Jeruto, who did not compete in Tokyo, beat a field that included all three medalists.
Olympic champion Peruth Chemutai of Uganda was seventh in 9: 10.87 and bronze medalist Hyvin Kiyeng of Kenya third in 9: 00.05.
- Faith Kipyegon took the victory in the women’s 1,500m as the two-time Olympic gold medalist won by more than six seconds setting the competition record with a time of 3: 53.23. Australian Linden Hall was second in 3: 59.73 and American Josette Norris third in 4: 00.07. It was a tough race for Briton Laura Muir, who won silver in Tokyo. She was 12th on Saturday in 4: 05.92. Former Oregon star Jessica Hull, Olympic finalist for Australia, was 11th in 4: 05.33.
- Olympic champion Pedro Pichardo of Portugal won the men’s triple jump 57-10 1/4. Pichardo took the lead when he got a 56-6-3 / 4 record on his first jump, then unnecessarily extended his advantage on his final jump. Hugues Fabrice Zango, the bronze medalist from Burkina Faso was second at 56-2 and American Donald Scott third at 55-10 1/2.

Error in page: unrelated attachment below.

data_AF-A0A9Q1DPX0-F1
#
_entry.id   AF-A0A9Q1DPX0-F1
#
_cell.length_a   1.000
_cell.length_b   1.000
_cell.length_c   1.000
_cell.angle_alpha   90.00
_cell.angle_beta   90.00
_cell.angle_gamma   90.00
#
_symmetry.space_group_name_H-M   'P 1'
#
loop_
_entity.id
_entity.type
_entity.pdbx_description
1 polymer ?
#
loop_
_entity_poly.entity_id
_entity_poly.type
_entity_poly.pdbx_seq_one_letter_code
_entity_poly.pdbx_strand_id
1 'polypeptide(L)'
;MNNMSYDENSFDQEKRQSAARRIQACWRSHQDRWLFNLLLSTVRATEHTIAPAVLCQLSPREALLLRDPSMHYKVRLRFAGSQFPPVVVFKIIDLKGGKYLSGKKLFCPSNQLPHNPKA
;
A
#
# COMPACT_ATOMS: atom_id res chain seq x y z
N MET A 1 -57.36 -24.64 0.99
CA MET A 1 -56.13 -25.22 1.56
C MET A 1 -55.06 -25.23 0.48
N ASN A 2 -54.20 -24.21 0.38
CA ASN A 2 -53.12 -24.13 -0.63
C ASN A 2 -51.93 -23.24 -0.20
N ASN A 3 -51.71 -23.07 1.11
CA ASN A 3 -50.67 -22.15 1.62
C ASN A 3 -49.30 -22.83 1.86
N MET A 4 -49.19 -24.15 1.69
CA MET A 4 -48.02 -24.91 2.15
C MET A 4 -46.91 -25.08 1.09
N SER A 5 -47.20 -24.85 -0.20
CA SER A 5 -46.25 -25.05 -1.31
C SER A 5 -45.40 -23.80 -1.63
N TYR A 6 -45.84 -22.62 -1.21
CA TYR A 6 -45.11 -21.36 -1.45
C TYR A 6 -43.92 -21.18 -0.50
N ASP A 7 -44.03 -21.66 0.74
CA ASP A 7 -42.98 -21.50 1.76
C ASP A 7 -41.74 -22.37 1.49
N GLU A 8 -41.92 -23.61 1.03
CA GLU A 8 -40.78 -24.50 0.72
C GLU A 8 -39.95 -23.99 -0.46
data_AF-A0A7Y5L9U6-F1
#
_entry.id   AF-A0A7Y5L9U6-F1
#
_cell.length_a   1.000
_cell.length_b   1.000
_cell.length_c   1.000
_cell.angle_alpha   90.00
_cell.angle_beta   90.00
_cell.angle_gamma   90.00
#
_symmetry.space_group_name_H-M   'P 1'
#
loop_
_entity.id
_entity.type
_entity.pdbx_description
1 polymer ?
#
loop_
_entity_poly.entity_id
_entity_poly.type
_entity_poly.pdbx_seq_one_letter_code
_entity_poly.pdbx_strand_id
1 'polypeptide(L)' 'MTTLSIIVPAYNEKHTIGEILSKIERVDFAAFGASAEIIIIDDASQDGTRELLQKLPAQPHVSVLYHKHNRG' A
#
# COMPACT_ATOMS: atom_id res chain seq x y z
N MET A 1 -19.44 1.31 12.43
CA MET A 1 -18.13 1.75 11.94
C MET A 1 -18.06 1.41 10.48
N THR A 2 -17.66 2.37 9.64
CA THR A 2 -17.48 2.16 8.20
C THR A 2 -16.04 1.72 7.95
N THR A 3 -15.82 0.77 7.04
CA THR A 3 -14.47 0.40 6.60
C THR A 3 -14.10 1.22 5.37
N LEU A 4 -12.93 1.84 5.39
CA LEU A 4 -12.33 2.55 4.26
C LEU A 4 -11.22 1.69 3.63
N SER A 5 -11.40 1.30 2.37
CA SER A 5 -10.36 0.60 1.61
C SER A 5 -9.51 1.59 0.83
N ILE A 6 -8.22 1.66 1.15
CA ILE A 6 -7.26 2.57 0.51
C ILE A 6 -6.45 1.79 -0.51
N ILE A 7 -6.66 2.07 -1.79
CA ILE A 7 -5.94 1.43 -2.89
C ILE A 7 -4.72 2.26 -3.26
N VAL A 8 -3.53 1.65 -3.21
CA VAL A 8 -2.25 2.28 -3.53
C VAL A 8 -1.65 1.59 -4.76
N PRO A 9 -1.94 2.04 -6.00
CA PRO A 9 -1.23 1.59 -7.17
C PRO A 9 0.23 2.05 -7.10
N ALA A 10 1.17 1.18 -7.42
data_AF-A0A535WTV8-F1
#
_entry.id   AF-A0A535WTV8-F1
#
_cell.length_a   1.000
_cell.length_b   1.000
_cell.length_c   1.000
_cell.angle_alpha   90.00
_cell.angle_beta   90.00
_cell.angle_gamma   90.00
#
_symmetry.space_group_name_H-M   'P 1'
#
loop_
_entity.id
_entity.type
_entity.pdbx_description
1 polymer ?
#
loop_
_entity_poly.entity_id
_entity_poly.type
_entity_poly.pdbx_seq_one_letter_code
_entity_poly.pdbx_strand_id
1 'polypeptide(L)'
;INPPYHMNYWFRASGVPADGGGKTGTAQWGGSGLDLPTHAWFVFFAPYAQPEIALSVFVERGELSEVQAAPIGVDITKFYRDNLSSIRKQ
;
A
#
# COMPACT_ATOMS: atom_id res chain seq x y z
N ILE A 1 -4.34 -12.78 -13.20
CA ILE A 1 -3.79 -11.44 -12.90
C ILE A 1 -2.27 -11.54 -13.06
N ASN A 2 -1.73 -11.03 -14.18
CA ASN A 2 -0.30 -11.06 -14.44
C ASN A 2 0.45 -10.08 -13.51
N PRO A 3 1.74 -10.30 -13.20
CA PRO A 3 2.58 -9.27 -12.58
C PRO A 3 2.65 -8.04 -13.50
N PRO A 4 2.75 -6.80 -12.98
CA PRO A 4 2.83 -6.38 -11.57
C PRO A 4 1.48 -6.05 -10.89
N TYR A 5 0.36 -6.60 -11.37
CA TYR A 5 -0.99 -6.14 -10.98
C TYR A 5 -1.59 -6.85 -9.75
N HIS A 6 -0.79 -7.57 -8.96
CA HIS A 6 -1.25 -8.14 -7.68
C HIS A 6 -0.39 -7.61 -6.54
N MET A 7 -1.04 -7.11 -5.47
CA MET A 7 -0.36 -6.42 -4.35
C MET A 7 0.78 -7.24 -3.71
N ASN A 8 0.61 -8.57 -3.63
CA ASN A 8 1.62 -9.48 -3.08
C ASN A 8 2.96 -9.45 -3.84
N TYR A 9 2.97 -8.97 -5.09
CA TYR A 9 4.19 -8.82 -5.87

- American Dalilah Muhammad set the competition record in the women’s 400m hurdles with her victory in 52.77. American Shamier Little was second in 53.79 and Panamanian Gianna Woodruff was third in 54.20.
- US Olympic gold medalist Katie Nageotte won the women’s pole vault with a clearance of 15-9 3/4. Bronze medalist Holly Bradshaw of Great Britain was second at 15-5 3/4 and American Olivia Gruver was third at 14-10.
- Ugandan Joshua Cheptegei broke the band and hammered his chest as the 5000m Olympic champion won the men’s 2 mile in a world record of 8: 09.55. Ethiopian Selemon Barega was second in 8: 09.82 and American Paul Chelimo, bronze medalist in the 5,000m, third in 8: 09.83.
- Iryna Gerashcenko of Ukraine defeated American Vashti Cunningham in the jump-off to win the women’s high jump. Both managed 6-6 – which was the best of the season for Gerashcenko, who managed 18 jumps in total. Poland’s Kamila Licwinko finished third with 6-2 3/4.